C. Currently, there is no way for laboratories to be reimbursed for molecular pathology tests starting on January 1, 2013, which could result in substantial reimbursement delays.
Until Medicare contractors complete the gapfilling process, in many cases, laboratories cannot be paid for the molecular pathology services with the new CPT codes. Typically, when gapfilling has been used in the past, the impact has been smaller, because new tests naturally have low claim volumes. In contrast, here, gapfilling would be used for well-established and frequently-ordered tests, and payments would be delayed while multiple Medicare contractors establish prices. This is unfair to laboratories and comes on top of severe cuts to fee schedules.
If laboratories are unclear about when and how much they will be paid for the molecular pathology tests, some may stop providing them altogether until prices are set. Physicians who rely on these tests will lose valuable diagnostic tools, and Medicare beneficiaries will lose access to tests that would guide their treatment.4 (As you are aware, laboratories cannot provide anything beyond a de minimis value to Medicare beneficiaries for no charge whatsoever, yet there will be no way to bill the Medicare program for the tests, either.)
D. While we continue to believe that the best approach is crosswalking, we recommend that CMS provide an interim payment amount by January 1, 2013, such as a nationally-established weighted median based on historical reimbursement, if CMS continues to require the gapfilling process and until it is completed.
We believe that the best solution is for CMS to use the crosswalk process to establish fair and budget-neutral pricing. If CMS continues to require contractors to establish pricing using the gapfilling process, a reasonable solution is to establish interim payment amounts for the new CPT codes to allow contractors sufficient time to engage in a thoughtful, collaborative gapfilling process. As ACLA has recommended in the past, a fair and budget-neutral approach would be to establish national interim payment amounts that are equal to the weighted median of the prices the agency has paid historically for the tests. CMS has adequate data (including crosswalk data previously submitted to CMS by ACLA member laboratories) to determine such an amount for each test, and it should not be administratively complicated to communicate the amounts to all of its contractors and to laboratories. Alternatively, CMS could establish G-codes to replace the soon-to-be-deleted stacking codes and price them at the same level as the stacking codes, and laboratories could use the G-codes until the gapfilling process has been completed.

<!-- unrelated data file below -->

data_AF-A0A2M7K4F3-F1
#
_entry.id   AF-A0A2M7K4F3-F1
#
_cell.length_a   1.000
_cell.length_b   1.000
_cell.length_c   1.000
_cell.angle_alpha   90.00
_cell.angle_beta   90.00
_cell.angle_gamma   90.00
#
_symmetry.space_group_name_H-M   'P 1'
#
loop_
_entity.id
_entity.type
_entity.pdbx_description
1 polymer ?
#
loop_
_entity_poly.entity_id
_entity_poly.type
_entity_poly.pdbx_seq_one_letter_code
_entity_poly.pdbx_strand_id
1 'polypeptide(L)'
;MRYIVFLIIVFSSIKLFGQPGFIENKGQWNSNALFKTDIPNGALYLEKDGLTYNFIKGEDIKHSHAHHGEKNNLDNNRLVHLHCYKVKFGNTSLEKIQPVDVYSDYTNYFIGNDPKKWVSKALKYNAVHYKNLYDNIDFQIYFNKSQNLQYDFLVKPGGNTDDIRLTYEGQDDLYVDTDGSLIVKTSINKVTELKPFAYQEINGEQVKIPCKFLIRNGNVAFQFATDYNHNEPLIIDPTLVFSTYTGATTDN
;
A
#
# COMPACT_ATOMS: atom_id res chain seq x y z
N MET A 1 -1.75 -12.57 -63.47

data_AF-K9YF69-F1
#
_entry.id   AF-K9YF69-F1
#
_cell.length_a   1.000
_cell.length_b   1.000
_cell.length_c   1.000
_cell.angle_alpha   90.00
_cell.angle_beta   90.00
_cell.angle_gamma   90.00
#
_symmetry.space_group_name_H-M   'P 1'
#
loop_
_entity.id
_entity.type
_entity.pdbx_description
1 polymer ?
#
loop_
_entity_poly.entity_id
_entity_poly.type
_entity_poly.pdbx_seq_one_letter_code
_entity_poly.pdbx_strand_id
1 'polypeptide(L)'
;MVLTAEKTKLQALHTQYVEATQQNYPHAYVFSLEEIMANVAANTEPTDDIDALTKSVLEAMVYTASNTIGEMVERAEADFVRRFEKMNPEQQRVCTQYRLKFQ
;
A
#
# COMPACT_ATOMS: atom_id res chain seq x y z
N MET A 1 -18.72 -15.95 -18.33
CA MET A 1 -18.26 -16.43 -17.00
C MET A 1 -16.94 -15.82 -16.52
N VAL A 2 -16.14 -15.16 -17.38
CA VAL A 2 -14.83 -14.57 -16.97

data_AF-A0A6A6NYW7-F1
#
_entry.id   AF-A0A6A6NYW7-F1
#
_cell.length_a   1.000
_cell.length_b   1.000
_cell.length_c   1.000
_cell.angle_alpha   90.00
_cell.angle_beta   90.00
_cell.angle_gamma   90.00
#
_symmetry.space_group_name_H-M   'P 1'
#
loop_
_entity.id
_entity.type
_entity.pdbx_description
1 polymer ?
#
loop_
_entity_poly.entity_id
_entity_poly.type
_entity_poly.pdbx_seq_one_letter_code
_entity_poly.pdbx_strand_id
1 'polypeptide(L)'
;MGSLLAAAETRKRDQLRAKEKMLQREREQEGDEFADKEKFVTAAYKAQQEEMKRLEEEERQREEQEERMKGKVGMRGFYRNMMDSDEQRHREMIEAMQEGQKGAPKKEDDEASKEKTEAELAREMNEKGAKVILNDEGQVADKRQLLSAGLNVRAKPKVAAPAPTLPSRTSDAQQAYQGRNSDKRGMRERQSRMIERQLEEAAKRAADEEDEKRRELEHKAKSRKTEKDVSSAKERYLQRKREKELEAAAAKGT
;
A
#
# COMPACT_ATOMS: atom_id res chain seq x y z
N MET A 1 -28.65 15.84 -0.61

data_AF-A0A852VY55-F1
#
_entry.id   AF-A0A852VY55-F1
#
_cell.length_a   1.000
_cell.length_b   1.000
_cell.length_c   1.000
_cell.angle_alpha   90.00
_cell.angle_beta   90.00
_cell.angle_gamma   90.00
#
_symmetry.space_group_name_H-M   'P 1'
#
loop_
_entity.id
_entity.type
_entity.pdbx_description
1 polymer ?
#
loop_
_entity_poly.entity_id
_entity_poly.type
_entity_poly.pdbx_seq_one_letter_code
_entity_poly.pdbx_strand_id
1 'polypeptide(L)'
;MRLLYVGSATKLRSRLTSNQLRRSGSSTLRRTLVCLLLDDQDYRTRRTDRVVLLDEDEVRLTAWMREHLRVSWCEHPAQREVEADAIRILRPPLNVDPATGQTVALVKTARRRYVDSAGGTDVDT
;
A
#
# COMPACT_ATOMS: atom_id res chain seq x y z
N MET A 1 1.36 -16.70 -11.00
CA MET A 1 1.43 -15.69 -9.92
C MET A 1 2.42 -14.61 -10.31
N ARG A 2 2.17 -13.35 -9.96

Although we believe that the crosswalk process is both more appropriate for existing tests and less arbitrary than gapfilling, we believe it would be possible for most Medicare contractors to complete the gapfilling process within six months to a year, so that by January 1, 2014, the new molecular pathology codes are priced and the contractors’ systems are ready to process claims for them.
ACLA is concerned that the short time remaining in 2012 for pricing the new CPT codes makes an already complicated process even more difficult to accomplish, and the result will be that laboratories, through no fault of their own, may not be paid for molecular pathology tests until Medicare contractors are able to complete the gapfilling process for the new codes. We believe that process may take months to complete.
We urge you either to reconsider the decision to follow the gapfilling process or, at the very least, to implement our proposed interim solution for temporary rates based on crosswalking in order to avoid payment disruptions for laboratories and access disruptions for Medicare beneficiaries. Unlike the gapfilling process currently planned, crosswalking can be implemented by January 1, 2013 when the stacking codes are deleted. Alternatively, and as a common sense solution, CMS could establish G-codes to replace the soon-to-be-deleted stacking codes and price them at the same level as the stacking codes, and laboratories could use the G-codes until the gapfilling process has been completed. We are available to discuss this situation with you at your convenience. Thank you for your attention to this matter.